In a significant judgement, the Aurangabad bench of the Bombay High Court on Friday dismissed the FIRs filed against a total of 29 members of the Tablighi Jamaat and made scathing observations against the government and media propaganda against Tablighi members. A report by GroundXero.
In a strongly-worded judgment, the Aurangabad Bench of the Bombay High Court on Friday dismissed the FIRs filed against a total of 29 members of the Tablighi Jamaat. The foreign nationals were booked under various provisions of IPC, Epidemic Diseases Act, Maharashtra Police Act, Disaster Management Act and Foreigner’s Act for allegedly violating their Tourist Visa conditions by attending the Tablighi Jamaat congregation at Nizamuddin in Delhi in March, 2020. The police had also booked six Indian nationals and trustees of the Masjids for giving shelter to the foreigners.
After some Tablighi Jamaat members tested positive for the virus during the initial days of the lockdown, the Indian TV channels and newspapers had unleashed a vicious communal campaign targeting the entire Muslim community and blaming them for the spread of the coronavirus in India. The media trial, the fake news and videos of Tablighi members abusing health workers, spitting on nurses were spread through social media and what was initially dubbed a ‘China’ virus, soon became a ‘jihadi’ virus.
While dismissing the FIRs filed against the members of the Tablighi Jamaat the division bench of Justices TV Nalawade and MG Sewlikar made scathing observations against the government. Justice Nalawade specified –
“A political Government tries to find the scapegoat when there is pandemic or calamity and the circumstances show that there is probability that these foreigners were chosen to make them scapegoats. The aforesaid circumstances and the latest figures of infection in India show that such action against present petitioners should not have been taken. It is now high time for the concerned to repent about this action taken against the foreigners and to take some positive steps to repair the damage done by such action.”
According to news portal Livelaw, criticising the media’s portrayal of foreign nationals Justice Nalawade specifically observed-
“There was big propaganda in print media and electronic media against the foreigners who had come to Markaz Delhi and an attempt was made to create a picture that these foreigners were responsible for spreading COVID-19 virus in India. There was virtually persecution against these foreigners.”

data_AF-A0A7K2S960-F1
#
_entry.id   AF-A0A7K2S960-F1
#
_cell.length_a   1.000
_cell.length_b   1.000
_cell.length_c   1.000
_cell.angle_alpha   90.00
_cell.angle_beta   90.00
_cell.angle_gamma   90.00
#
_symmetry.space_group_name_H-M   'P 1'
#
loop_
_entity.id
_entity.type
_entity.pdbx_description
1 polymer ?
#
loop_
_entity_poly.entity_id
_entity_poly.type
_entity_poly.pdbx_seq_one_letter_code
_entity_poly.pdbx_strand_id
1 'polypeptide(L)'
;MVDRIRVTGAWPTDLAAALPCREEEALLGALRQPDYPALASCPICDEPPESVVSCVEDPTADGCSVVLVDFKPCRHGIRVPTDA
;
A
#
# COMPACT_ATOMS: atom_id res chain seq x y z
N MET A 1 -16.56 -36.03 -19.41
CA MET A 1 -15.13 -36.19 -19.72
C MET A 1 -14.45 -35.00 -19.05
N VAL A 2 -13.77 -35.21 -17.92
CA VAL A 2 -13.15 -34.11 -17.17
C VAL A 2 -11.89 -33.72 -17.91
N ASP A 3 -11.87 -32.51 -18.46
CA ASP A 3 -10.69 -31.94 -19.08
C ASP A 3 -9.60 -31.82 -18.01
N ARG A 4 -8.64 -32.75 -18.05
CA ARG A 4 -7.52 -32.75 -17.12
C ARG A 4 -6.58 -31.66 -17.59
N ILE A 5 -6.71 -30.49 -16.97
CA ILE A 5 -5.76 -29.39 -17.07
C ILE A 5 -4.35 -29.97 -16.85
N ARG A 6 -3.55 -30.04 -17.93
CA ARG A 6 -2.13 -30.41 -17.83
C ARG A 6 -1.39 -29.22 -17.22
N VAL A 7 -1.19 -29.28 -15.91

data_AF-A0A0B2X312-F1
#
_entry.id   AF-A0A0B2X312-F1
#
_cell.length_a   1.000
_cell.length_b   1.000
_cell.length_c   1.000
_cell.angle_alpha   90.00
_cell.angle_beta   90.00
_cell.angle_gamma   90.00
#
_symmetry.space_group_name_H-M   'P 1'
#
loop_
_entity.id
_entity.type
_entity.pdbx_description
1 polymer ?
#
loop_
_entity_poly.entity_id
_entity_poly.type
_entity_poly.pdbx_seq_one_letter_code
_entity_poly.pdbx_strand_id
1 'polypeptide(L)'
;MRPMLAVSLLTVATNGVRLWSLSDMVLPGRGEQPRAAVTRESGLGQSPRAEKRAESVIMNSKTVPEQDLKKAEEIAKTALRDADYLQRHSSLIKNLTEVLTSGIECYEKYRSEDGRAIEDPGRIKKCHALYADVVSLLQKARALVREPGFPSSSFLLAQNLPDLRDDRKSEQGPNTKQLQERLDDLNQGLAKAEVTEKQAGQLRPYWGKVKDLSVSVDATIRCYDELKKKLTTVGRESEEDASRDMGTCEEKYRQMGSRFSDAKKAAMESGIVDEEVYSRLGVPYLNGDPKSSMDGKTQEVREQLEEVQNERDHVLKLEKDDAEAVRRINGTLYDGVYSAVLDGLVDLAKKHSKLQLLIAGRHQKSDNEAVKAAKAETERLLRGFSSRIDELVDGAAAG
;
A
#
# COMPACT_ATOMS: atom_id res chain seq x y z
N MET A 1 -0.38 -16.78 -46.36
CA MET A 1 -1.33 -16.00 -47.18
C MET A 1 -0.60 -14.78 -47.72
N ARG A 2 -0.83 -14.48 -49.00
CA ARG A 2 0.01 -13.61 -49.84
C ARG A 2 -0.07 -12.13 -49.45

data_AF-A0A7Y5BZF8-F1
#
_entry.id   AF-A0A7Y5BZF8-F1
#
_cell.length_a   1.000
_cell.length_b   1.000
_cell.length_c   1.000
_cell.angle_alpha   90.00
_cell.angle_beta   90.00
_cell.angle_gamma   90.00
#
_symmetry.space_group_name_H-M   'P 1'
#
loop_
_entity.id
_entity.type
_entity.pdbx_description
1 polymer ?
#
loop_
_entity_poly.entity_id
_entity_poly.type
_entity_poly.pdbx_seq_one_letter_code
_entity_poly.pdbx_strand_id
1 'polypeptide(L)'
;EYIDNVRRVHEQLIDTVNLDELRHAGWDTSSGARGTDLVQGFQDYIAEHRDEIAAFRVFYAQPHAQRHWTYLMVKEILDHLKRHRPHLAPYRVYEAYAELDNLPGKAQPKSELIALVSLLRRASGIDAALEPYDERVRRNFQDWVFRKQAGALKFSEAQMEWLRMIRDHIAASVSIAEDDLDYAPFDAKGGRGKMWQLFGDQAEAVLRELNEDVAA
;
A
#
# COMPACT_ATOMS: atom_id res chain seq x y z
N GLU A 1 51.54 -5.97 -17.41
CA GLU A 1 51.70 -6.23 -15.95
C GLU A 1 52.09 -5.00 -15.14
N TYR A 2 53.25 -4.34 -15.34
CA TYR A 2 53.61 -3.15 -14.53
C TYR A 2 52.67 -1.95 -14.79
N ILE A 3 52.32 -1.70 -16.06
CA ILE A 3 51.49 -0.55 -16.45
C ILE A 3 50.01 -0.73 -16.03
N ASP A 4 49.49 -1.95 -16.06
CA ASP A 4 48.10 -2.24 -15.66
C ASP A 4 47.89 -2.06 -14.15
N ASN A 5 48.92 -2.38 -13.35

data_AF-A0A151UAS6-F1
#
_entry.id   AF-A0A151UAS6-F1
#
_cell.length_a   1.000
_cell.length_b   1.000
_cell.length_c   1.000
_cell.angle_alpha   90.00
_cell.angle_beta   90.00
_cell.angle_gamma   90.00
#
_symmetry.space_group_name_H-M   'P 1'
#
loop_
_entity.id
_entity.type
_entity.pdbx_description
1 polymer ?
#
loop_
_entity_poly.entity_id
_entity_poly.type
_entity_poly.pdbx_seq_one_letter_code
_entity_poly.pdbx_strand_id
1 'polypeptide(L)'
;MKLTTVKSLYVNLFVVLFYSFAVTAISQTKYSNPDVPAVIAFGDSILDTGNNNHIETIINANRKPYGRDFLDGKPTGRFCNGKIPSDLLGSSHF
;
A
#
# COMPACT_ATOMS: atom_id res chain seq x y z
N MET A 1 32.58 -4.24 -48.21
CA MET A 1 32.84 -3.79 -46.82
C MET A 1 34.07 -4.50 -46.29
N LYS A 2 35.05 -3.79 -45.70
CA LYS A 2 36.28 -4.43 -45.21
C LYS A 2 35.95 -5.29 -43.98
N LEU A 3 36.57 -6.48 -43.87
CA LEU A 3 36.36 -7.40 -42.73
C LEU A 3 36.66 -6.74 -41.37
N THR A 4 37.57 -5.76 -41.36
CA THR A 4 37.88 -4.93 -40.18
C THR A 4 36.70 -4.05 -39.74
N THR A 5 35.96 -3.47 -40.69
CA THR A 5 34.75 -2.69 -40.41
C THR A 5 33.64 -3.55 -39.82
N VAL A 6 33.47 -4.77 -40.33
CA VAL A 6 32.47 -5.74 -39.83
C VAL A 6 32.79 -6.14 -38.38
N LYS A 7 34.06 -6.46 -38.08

The intensity of the hate campaign orchestrated through television and print media and on social media platforms, successfully diverted the entire public discourse about the pandemic from being a public health issue to a religious communal one. Naturally, the role of the Modi-Shah government in extravagant hosting of President Trump, instigating violent communal riots in Northeast Delhi to quash the anti-CAA/NRC protests, plotting the downfall of an elected government in Madhya Pradesh, and its failures to take preventive steps at airports to control the spread of the virus in the country, all became none-issues. A perception was created in people’s mind portraying the Muslims as the ‘Jihadis’— super spreaders of the deadly ‘virus’ in the country.
On charges of Tablighi Jamaat members spreading the virus, the court said,
“The material discussed shows that no such nuisance was created by the foreigners or Indian Muslims and only an attempt was made by others to create such an atmosphere against them”.
The court also said there was a ‘big’, ‘unwarranted’, propaganda in the media against the foreigners who came to the Nizamuddin Markaz in Delhi and “an attempt was made to create a picture that these foreigners were responsible for spreading Covid-19 virus in India”.
Interestingly, under the title, Background of Malice, the Court said it was considering what must have tempted the authority to issue such directions against the petitioners and observed:
“The record of this matter and the submissions made show that action of central government was taken mainly against Muslim persons who had come to Markaz Delhi for Tabligh Jamaat. Similar action was not taken against other foreigners belonging to other religions”.
The court then referred to the large-scale protests held against the Citizenship Amendment Act, 2019 across the country and said,
“There were protests by taking processions, holding Dharna at many places in India from at least from prior to January 2020. Most of the persons participating in the protest were Muslims. It is their contention that the Citizenship Amendment Act, 2019 is discriminatory against the Muslims. They believe that Indian citizenship will not be granted to Muslim refugees and migrants. They were protesting against National Registration of Citizenship (NRC).
It can be said that due to the present action taken fear was created in the minds of those Muslims. This action indirectly gave warning to Indian Muslims that action in any form and for anything can be taken against Muslims. It was indicated that even for keeping contact with Muslims of other countries, action will be taken against them. Thus, there is smell of malice to the action taken against these foreigners and Muslim for their alleged activities. The circumstances like malice is important consideration when relief is claimed of quashing of F.I.R. and the case itself.”
Significantly, the same bench of Justices TV Nalawade and MG Sewlikar had in February 2020, observed that ant-CAA protesters cannot be called “anti-nationals or traitors”.
Finally, the Court concluded that the state government acted under political compulsion and action against the foreign nationals can be inferred as malice and the FIRs against them were quashed.